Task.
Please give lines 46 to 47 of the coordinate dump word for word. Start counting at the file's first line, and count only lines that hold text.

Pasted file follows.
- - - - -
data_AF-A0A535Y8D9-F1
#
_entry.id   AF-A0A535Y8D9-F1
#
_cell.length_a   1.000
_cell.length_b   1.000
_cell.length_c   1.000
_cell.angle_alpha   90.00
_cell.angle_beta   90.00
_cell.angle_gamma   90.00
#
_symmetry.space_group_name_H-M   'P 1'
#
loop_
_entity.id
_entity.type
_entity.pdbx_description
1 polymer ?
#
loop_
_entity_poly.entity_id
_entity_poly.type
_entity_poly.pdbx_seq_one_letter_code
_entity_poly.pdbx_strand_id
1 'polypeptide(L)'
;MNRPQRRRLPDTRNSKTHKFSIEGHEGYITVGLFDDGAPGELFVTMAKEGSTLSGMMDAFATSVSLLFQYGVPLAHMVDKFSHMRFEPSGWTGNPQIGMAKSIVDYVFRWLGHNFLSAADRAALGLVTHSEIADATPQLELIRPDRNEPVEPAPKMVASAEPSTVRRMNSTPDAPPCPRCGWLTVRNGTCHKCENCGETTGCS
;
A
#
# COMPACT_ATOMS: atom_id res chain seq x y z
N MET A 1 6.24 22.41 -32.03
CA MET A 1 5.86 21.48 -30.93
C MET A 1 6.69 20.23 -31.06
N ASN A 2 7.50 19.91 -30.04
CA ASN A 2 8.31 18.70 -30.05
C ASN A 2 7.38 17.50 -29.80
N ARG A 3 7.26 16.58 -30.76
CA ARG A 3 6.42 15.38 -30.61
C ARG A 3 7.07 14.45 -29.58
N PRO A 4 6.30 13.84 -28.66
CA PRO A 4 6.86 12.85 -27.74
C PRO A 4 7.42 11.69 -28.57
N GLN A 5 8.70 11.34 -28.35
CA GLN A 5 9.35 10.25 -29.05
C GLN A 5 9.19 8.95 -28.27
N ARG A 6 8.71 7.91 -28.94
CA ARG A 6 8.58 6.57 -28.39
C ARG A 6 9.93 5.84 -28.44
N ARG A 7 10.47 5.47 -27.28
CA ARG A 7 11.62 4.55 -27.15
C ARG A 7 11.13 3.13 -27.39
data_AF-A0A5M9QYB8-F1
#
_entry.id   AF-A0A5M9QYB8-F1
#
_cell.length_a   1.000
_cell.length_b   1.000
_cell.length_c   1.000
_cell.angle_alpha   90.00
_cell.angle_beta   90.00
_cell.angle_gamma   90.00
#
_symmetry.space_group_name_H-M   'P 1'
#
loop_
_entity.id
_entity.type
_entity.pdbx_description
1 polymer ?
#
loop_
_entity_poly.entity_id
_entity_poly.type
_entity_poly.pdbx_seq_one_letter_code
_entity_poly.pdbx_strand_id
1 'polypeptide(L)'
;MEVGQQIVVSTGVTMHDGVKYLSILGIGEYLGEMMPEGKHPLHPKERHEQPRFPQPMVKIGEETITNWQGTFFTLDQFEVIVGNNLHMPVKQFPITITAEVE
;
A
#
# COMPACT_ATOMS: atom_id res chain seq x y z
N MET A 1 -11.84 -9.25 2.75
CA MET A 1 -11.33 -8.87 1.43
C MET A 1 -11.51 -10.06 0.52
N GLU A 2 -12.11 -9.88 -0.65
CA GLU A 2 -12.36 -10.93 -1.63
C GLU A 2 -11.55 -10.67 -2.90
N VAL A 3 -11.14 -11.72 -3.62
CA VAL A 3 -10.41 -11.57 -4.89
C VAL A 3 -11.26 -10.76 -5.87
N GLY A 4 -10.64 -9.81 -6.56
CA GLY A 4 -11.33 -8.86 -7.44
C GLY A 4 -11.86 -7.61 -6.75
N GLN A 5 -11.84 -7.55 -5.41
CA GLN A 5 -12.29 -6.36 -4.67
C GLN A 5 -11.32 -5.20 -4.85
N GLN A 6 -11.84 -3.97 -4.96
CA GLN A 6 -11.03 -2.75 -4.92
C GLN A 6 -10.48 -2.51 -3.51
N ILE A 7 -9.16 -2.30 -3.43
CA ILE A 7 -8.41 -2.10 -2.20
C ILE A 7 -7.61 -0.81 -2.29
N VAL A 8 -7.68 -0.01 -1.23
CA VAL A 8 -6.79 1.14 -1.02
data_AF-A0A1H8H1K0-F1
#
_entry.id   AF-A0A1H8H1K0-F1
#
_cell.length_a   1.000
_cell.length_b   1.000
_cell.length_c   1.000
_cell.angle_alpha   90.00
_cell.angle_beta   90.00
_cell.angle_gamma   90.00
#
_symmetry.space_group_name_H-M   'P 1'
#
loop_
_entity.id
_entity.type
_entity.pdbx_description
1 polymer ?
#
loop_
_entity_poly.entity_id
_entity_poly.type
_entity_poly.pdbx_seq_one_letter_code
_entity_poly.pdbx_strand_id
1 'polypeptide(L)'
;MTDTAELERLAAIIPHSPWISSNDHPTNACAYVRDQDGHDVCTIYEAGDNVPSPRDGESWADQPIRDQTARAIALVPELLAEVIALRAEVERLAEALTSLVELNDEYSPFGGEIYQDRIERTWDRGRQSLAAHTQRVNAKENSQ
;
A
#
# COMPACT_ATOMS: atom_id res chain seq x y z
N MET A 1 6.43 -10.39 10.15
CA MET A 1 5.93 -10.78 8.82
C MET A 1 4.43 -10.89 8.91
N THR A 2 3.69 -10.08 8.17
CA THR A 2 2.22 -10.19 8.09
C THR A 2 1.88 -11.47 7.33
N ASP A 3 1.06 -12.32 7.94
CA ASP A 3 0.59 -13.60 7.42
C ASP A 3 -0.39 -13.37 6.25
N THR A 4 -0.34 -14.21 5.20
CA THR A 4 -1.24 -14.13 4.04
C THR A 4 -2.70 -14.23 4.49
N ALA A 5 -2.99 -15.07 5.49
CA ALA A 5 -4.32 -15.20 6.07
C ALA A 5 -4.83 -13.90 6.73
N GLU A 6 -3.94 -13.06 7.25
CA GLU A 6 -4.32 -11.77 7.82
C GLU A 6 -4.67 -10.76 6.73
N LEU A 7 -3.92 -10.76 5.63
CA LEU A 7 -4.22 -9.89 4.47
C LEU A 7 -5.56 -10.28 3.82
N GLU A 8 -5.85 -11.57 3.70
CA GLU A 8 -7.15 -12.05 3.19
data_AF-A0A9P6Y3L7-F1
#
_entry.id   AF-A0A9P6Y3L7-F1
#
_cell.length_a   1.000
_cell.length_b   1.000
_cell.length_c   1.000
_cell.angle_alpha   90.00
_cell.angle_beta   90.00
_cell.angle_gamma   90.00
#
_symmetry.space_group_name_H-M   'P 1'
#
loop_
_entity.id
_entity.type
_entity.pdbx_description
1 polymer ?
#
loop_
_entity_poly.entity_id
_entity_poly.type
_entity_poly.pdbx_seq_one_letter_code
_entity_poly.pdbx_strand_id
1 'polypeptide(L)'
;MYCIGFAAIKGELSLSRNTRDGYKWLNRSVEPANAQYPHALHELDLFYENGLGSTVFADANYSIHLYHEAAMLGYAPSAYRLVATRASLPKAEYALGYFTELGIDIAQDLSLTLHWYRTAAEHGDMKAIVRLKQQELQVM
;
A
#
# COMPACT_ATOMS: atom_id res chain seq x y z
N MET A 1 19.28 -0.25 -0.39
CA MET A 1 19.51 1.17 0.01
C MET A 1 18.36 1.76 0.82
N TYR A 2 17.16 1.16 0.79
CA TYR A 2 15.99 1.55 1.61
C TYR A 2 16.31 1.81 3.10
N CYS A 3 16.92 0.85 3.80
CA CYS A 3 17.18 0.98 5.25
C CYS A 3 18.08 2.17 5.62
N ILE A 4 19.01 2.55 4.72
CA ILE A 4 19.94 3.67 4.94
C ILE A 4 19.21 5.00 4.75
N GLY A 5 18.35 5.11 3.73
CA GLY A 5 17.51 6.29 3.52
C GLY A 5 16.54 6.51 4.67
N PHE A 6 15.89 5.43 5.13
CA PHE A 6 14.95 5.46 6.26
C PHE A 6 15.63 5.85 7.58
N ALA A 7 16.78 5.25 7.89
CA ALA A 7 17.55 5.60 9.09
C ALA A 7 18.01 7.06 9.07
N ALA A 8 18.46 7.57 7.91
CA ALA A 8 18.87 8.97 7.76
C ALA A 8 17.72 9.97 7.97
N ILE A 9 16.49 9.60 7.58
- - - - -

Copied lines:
N ARG A 6 8.71 7.91 -28.94
CA ARG A 6 8.58 6.57 -28.39